By Gordon Parker
How can you ensure that you achieve success for the organisation you work for, Dubai and more importantly, yourself? Gordon Parker, director of Coretex, explains.
In the second half of the 20th century, many people found themselves doing work the organisation did not do within its normal operations, such as managing the building where the people worked. Depending on the organisation's culture, the job role has many names including real estate, facility management, general services, property and workplace resources.
In Europe and the Middle East, the engineering and building-related skills are often owned by the organisation that built or owns the property. FM is becoming a career that people can choose and not just arrive in by accident.
However, being able to perform at a high level in this FM career requires competence in the same way that any skilled person would require - the ability to actually perform well. This is particularly important in an economy with a dependence of real estate assets as a driver of growth, such as Dubai.
To ensure you can carry out your role effectively and perform well, your organisation must proactively manage your competence. If they do not then three things happen:
1.You will become an investment that relies on chance to develop the competence you need to perform well now and in the future, you are unlikely to develop in the optimum way;
2.Your value to your employer will be reduced compared to your optimum performance;
3.You may feel undervalued and not make the best of your potential;
4. If you have any property or machine you know that investing in it brings rewards. Neglect brings negative results. The challenge is to know how much to invest and what performance to expect in return for the investment.
Your competence is made up of three key areas: experience, attitude and skills/knowledge. (Richard Boyatzis (1982): The Competent Manager: A Mode for Effective Performance).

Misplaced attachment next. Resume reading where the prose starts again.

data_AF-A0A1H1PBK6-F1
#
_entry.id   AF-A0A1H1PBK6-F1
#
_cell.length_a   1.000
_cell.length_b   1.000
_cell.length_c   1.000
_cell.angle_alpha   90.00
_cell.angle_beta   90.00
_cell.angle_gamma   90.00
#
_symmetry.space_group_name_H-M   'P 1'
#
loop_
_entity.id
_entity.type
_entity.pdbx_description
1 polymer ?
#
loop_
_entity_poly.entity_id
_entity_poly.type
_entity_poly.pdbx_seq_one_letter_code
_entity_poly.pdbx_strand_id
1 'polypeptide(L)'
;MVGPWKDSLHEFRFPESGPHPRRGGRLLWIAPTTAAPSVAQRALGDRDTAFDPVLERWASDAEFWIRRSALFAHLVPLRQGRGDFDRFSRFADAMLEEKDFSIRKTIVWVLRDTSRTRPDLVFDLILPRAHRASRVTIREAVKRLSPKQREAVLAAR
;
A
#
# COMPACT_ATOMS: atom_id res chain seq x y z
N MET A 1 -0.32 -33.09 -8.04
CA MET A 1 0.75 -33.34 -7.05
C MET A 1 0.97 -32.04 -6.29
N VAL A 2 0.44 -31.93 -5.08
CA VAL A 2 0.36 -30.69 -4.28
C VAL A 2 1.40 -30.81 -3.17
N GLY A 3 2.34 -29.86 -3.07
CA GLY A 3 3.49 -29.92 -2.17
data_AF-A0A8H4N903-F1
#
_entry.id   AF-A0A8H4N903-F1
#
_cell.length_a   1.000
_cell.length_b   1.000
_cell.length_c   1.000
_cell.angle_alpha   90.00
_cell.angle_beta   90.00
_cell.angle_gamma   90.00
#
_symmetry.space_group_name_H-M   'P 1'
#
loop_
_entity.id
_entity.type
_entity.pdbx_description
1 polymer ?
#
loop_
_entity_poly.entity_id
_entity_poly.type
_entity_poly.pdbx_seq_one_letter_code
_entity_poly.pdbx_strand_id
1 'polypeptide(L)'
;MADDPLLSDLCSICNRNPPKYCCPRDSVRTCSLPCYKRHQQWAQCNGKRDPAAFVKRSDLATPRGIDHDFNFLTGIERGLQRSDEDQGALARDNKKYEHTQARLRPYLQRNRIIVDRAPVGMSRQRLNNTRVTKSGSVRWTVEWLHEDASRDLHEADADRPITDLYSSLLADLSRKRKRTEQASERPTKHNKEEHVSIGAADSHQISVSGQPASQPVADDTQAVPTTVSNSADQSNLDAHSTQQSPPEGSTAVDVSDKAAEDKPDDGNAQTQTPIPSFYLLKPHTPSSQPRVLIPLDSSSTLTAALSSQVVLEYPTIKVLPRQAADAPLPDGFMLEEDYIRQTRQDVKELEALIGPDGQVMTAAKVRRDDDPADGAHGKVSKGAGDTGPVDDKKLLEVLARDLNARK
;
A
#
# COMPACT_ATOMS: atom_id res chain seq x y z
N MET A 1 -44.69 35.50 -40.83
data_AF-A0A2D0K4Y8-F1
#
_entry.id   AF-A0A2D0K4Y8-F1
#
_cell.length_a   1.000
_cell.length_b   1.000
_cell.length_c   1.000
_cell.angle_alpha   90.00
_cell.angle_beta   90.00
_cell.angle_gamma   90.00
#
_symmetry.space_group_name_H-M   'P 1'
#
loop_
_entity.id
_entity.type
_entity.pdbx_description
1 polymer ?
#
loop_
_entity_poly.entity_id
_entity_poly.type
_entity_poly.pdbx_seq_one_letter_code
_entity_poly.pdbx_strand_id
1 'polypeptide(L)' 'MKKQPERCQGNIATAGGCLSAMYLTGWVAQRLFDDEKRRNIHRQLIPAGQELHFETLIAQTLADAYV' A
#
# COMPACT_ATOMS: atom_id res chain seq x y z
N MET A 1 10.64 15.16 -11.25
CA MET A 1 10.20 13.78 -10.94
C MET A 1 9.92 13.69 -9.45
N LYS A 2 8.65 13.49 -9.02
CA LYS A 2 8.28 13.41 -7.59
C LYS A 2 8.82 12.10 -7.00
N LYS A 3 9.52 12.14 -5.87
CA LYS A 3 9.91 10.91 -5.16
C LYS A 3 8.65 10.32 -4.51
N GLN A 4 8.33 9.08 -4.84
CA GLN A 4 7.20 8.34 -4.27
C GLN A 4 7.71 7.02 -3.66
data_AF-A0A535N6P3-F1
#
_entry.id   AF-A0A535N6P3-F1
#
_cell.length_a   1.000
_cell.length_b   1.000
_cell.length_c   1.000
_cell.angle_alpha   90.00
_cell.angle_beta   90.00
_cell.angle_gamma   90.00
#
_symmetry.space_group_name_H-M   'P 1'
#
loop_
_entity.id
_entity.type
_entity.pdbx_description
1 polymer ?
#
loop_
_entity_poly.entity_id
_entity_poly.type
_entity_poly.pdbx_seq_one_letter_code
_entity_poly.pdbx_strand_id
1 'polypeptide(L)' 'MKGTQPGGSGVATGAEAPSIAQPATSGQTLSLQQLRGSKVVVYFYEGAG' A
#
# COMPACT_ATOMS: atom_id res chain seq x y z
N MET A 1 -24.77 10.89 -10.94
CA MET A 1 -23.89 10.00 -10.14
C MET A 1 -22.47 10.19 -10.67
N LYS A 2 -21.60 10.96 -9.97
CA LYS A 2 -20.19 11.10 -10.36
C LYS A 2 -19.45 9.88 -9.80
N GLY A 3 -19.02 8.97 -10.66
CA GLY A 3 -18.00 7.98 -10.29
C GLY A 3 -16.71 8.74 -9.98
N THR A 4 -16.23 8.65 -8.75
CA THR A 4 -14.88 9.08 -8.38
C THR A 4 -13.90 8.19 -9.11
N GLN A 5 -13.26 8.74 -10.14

Creating competent people does not rely on recruiting ‘perfect' people into a job and letting them get on with it - that was a practice that never worked. Building confidence, competence and continually pushing performance requires an organised approach to developing performance. Organisations and individuals need to plan future competence. This is particularly important in FM where the original skills of the managers almost never cover the technical and managerial breadth of the role.
Research has shown that over 70% of what you learn about your job comes from doing it. However, there is a difference between learning badly from experience (doing the wrong things in the right way) and good practice (doing the right things in the right way). The other significant learning areas are coaching and mentoring, projects, self-learning including networking and formal training. The ideal is therefore to have a combination of: good work experience under the guidance of a mentor; coaching to develop on-the-job skills; organised networking - share and take ideas and organised learning - such as self study or training.
Maximising your potential individuals
A key first step is to be clear what you want to do about developing yourself. If you are happy to leave your future to chance then there is nothing to be done. If you want to plan your future performance in order to achieve more income and be better at your job, then talk to your organisation about how they see developing people as a way of improving value.
Remember that the starting point is always more value from you, not more money for you.
If you are in the first five to eight years of your FM career, having come from a trade, professional or building role previously then qualifications such as the IFMA FMP are a positive next step. The IFMA qualifications enable practitioners in the FM industry to demonstrate professional competence as different from the generic competencies of an organisation.
You need to have an organised approach to developing the capability of your organisation. A good brand and customer satisfaction comes from attention to quality of processes, communications, management controls and competent management. Create a structure for assessing and developing your assets - financial and human.
The labor market must develop the necessary skills to address the significant demand for management of new facilities. Without this the huge investment in hard assets will fail to bring long term rewards as those assets fail due to poor stewardship and low standards of care.
In the longer term the future of the whole economy could rest on the shoulders of a small group of people that previously could not decide what they wanted to be.